When Malcolm Gladwell comes to update his anatomy of viral communications, The Tipping Point, he will have to add a case study. The original book, published in 2000, contains little analyses of obscure or neglected brands that started experiencing outrageous growth rates for no apparent reason.
Now he will have to write a new chapter, entitled "Freeview". Last week, DTV Services, the consortium that runs the UK's digital terrestrial TV platform, revealed that it has asked the AAR to help in a review of its ad arrangements. It is seeking to appoint creative and media agencies by September.
It's a relatively attractive proposition, although nobody's about to get rich on the back of it. Freeview spends next to nothing on marketing. It has a media agency, the OMD subsidiary M2M, which handles ad hoc projects (and which will repitch), but no creative agency.
True, it is holding this review so that it can get a campaign out into the marketplace in time for the prime Christmas shopping period, which begins ramping up in October. The spend, though, will remain modest. Sources say it may exceed six figures - though not by much.
But this is nothing new. Since rising out of the ashes of ITV Digital in October 2002, Freeview has never run a mainstream mass- market ad campaign. Its launch, by DFGW, was a repurposed BBC digital campaign, and while DFGW was retained as an adviser, it only turned out scraps of ad hoc work.
And yet, according to figures from Ofcom for the first quarter of 2007, Freeview is the UK's leading digital TV distribution platform, with its kit in almost 8.4 million homes. That keeps it ahead of BSkyB, which has just over eight million subscribers - although Sky will point out that there are also 885,000 Freesat households, making satellite as a whole the top multichannel distribution platform.
1. In the UK market, there are now more than ten million pieces of equipment able to receive digital terrestrial signals in people's homes. These include Freeview-branded boxes, old ITV Digital and ONdigital boxes, plus new TV sets with the necessary electronics already embedded. This last factor is helping to accelerate penetration.
2. Following the collapse of ITV Digital (it went into administration in March 2002), the BBC took a lead role in reviving digital terrestrial TV. It formed a consortium called DTV Services, with other members including the National Grid and BSkyB, which relaunched DTT in October 2002 under the Freeview brand name. ITV and Channel 4 joined DTV Services in October 2005.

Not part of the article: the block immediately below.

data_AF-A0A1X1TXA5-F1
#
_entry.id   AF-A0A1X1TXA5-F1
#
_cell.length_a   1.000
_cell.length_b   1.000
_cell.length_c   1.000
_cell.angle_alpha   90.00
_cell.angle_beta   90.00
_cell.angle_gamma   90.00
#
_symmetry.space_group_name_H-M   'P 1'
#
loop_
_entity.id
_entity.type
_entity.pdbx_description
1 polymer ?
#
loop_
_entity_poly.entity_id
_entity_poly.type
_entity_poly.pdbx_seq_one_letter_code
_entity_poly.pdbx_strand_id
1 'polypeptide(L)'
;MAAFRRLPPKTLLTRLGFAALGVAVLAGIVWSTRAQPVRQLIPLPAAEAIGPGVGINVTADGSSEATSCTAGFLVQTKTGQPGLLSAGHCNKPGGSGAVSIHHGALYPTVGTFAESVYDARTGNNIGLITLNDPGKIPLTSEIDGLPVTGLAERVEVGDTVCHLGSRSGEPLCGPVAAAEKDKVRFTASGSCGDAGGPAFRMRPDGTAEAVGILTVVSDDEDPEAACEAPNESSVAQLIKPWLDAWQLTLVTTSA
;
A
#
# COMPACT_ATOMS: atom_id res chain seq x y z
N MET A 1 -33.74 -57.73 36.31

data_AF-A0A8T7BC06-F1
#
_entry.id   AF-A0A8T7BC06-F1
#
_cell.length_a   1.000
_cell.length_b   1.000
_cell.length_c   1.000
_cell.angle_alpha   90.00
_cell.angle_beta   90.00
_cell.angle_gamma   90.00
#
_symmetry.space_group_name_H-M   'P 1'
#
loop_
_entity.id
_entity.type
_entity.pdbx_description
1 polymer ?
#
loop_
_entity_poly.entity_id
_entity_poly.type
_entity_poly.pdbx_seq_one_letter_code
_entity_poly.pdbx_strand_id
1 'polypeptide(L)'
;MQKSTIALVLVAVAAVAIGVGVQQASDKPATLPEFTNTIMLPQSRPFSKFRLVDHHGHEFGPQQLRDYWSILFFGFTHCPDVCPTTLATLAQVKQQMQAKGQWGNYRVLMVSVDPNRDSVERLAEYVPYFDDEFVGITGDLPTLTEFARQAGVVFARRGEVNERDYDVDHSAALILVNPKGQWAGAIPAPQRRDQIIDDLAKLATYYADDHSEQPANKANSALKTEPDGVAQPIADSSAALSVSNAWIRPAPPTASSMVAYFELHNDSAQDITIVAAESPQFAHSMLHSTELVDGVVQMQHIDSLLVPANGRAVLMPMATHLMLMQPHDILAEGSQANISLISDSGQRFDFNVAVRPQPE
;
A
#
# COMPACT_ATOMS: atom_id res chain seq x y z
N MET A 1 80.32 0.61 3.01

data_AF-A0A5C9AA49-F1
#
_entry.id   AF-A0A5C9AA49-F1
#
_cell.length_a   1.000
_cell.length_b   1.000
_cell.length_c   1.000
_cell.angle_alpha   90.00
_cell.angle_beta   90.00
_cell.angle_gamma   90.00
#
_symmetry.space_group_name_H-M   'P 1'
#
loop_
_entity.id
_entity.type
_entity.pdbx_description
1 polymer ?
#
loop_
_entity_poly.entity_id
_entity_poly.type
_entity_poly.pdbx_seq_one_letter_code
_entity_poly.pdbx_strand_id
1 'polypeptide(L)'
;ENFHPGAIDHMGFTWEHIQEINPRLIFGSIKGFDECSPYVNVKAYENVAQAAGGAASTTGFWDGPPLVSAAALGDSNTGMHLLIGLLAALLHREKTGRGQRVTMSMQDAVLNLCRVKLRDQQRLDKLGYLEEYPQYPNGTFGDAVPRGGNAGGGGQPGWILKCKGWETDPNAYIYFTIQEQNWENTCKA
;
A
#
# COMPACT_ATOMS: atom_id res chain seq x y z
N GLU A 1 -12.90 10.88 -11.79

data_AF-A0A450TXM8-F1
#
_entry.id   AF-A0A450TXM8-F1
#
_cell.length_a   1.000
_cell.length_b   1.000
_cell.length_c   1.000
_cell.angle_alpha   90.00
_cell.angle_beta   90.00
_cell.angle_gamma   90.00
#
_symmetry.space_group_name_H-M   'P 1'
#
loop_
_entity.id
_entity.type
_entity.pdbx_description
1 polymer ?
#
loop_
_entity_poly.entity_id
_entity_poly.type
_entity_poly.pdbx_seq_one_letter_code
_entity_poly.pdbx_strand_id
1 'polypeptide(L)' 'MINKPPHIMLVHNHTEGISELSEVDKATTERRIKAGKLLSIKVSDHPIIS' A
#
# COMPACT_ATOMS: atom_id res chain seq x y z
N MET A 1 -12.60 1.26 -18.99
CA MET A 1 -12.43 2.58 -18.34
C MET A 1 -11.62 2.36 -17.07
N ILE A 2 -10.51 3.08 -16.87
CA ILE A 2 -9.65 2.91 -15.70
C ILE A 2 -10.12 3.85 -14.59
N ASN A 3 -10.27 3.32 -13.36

3. With £99 boxes available in the shops in time for Christmas 2002, growth began to increase almost immediately, with about 300,000 units shipping across the last quarter, beating growth in new BSkyB subscriptions.
4. With sales running at about 190,000 a week, Freeview burst through the five-million barrier during Christmas 2004. The platform acquired a further boost in 2005 when ITV's three digital channels (ITV2, ITV3 and ITV4) joined, as did Channel 4's Film4 and E4 brands.
5. The contrast between Freeview and BSkyB in marketing terms was made even more stark with the arrival of James Murdoch as Sky's new chief executive in November 2003. He set ambitious new targets backed by generous marketing budgets. Total marketing costs in its 2004-5 financial year were £379 million, with advertising accounting for less than a third of that.
6. During 2006, according to Nielsen Media Research, Freeview spent £807,000 on above-the-line advertising, while Sky spent £17.6 million on ads for its digital platform alone. On top of that, there was a significant spend on specific channels and services such as Sky+.
7. Marketing analysts attribute Freeview's relatively advertising-free success to a combination of factors: BBC trailers for the corporation's digital output have always informed viewers that the new channels are available on cable, satellite and Freeview - so, in effect, only one brand is mentioned. Then there's the view that Sky's advertising sells the generic concept of multichannel TV - and canny viewers shop around for the best deal. In this context, the "free" part of Freeview is often compelling. Then there are the efforts of the retail trade; and last there is the cumulative effect of word of mouth.
WHAT IT MEANS FOR ...
CREATIVE AND MEDIA AGENCIES
- There will be significant interest in Freeview's media and creative accounts, not least because new-business machines always need feeding and these days no opportunity is ever too small - even for the most sophisticated of agencies. But they'll also value it as an opportunity to impress the constituent shareholders of Freeview's parent company, including BSkyB, the BBC, ITV and Channel 4.
- Unfortunately, they'll all want to know if it's really true that you can be successful without spending any money on advertising.
- With the two rival pay-TV platforms, BSkyB and Virgin Media, continuing to squabble, Freeview's position as an honest broker can only be enhanced - as, indeed the actions of both Sky and Virgin seem to confirm. Sky wants to introduce pay-TV services on to Freeview and Virgin's new channel, Virgin 1, is being tailor-made for the platform.
- As Jonathan Webb, the managing director of Virgin Media Television, puts it: "Virgin 1 demonstrates our confidence in this platform and how far it has evolved. In the UK, Freeview is the fastest-growing platform - and doing more on Freeview is vital to growing audience and advertising revenues. This is exactly what we intend to do. With access to more than eight million homes, it offers us the ideal shop window to reach a wider audience, while introducing viewers to our unique Virgin approach and the first Virgin-branded channel. As we strive to cement Virgin Media Television's strategic presence across a mix of free, pay and on-demand platforms, Freeview remains a very important part of our future."
This article was first published on Campaign